My concept of identity goes very much with the way I compose and the way I create music. For me, an identity is the fact that we add everyday a new colour to who we are, we are not the same people as we were a few hours ago, a few days ago, a few months ago, a few years ago. We constantly change and this is what makes our identity constantly changeable. I don’t think it’s good to define ourselves with one particular thing, that scares me actually. People, when you ask them ‘who are you?’ and they say ‘I’m Lebanese’ or ‘I’m French’ or ‘I’m Christian’ ‘I’m Muslim’ or ‘I’m Jewish’. ‘I’m a trumpeter’ or one other single thing. I think this is maybe something that is now something people do more & more - wanting to define themselves into one single thing. I think this is a huge mistake, because this is what will divide us. My music has many, many different identities that we share, more than one specific thing that defines us. Music for me, works with this kind of philosophy.

What, would you say, are the key ideas behind your approach to music and art?

Pretty much what we’re talking about now - I love improvisation for example, and I think improvisation is one of the most important keys in culture, in education, in society in general. To improvise is to face what isn’t planned, right? This is the Latin definition of improvisation, to face the unexpected. I think more than anything else, my approach to music & art is based on improvisation. Even though you have to learn the codes, you can’t improvise a symphony, you have to learn how to build a language and how to express yourself through it. But once you know how to do that, it’s important to deconstruct everything you’ve learned, in order to recreate something new, and take the risk of creating something new & different.

How would you describe your views on topics like originality and innovation versus perfection and timelessness in music? Are you interested in a “music of the future” or “continuing a tradition”?

As a musician who came from traditional classical music & learned jazz for years and played traditional jazz & Arabic music, tradition is very important and codes are very important. But as I was saying, as important as tradition is, re-defining things the way we want it to be is also essential, otherwise we will be all the time just copying & copying, over & over what people did for centuries.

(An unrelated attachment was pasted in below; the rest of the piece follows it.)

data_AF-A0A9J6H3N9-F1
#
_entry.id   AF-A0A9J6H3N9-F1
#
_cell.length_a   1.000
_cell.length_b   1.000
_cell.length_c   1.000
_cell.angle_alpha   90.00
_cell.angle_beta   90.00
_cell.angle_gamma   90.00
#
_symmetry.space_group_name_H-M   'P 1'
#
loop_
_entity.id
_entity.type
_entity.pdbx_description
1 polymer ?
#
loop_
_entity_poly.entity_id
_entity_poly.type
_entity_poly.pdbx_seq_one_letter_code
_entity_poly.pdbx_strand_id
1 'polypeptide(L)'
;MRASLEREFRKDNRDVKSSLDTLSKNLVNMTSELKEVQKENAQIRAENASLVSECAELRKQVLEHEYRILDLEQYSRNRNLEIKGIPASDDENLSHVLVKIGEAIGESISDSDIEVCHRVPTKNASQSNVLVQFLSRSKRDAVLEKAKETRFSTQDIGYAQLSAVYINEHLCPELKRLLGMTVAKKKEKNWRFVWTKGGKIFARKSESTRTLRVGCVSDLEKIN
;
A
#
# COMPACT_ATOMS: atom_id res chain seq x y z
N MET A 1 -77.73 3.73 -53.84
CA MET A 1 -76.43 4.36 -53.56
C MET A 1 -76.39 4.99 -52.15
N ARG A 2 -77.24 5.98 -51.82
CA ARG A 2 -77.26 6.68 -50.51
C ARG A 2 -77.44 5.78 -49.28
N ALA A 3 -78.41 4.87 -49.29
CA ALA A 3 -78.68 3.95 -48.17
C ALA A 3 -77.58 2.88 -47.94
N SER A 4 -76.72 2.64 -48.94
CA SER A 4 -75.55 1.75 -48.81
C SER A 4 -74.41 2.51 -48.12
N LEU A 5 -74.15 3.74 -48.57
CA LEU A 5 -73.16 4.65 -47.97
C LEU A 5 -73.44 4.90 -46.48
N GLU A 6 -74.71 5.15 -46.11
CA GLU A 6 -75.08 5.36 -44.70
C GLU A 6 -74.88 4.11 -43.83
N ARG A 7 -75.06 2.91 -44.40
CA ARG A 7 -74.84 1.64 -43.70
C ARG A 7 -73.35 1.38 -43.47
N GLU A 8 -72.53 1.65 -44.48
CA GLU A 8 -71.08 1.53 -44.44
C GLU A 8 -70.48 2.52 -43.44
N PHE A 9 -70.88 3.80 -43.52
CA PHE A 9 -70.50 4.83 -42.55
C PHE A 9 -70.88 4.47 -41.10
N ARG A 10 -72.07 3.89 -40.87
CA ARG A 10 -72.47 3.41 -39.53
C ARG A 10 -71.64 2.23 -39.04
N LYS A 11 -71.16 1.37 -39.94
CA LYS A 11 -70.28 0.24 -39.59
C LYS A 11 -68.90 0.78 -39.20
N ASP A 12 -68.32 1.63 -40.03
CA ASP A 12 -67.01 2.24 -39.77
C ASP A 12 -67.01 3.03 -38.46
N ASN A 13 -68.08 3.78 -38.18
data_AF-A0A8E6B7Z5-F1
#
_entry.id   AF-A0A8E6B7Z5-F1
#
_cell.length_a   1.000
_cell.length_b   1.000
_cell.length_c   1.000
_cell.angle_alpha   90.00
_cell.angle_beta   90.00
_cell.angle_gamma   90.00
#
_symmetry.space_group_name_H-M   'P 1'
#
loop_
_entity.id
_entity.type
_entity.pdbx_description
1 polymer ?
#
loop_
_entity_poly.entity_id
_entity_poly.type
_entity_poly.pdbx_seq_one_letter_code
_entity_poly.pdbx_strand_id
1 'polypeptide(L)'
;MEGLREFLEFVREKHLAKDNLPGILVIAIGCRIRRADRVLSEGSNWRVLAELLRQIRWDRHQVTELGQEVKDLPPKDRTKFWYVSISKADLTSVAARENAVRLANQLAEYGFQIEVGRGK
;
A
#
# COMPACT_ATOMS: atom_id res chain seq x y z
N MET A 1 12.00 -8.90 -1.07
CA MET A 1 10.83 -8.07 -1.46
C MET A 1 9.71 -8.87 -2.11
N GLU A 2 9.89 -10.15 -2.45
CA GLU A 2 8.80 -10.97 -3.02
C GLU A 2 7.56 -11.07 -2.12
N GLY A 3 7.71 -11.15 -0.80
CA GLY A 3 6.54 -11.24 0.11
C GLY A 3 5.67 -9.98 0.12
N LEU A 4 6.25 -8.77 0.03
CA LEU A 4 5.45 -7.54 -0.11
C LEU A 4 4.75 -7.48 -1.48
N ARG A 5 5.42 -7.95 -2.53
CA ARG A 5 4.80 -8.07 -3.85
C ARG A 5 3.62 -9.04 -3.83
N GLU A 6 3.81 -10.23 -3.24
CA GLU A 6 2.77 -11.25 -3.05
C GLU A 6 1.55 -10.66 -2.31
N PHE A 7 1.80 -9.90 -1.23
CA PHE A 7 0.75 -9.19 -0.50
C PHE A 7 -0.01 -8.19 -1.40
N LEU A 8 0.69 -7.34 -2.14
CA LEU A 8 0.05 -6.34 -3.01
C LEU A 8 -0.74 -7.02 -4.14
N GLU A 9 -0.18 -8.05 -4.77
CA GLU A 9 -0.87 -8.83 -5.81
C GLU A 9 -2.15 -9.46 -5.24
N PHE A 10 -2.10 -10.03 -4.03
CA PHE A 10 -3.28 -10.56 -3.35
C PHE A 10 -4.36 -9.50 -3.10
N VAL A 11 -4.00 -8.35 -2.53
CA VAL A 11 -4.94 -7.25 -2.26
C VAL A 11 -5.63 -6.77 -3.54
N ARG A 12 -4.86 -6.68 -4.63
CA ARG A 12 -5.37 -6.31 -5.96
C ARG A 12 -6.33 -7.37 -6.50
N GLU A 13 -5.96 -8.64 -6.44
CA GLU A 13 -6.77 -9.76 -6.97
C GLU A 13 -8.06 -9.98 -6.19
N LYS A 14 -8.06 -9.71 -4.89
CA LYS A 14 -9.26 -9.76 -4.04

I taught music & improvisation for over twenty years and one of the things I used to tell to my students, was what if Mozart or J.S. Bach came back to us and watched us playing their music, what would they think? Would they say ‘Oh this is perfect, you are playing my music perfectly’ or - and this is what I think - would they say ‘What?! You’ve been playing my music for five centuries exactly the same way, don’t you have more imagination!’ That makes my students laugh usually, but they understand what I mean - our missions is not only to keep the tradition alive, it’s also to change it and transform it in order to create something new. So, this is what I’ve decided to do for the last seventeen or so years. Always trying - like a researcher - to experiment with new things, and not rely on the perfection (because it is perfect!) of what geniuses have done before me.

Over the course of your development, what have been your most important instruments and tools - and what are the most promising strategies for working with them?

It’s not easy to answer this as you’re not always conscious of the tools you’re using, sometimes it takes years before you realise the importance of some little things you’ve been using, or details. So, I would answer by saying maybe the fact that I’m using a very specific trumpet that my father invented 50 years ago. It is such a gift from him, and from my heritage. It’s something really, really very powerful for me. It’s a tool that helps me in defining my own style, my own personality, the method I want to share with people. Without this instrument, I don’t think I would have even have done music after I finished my studies. I wanted to be an architect, I really believe if I didn’t have this trumpet, I would have definitely been an architect or something else not in music.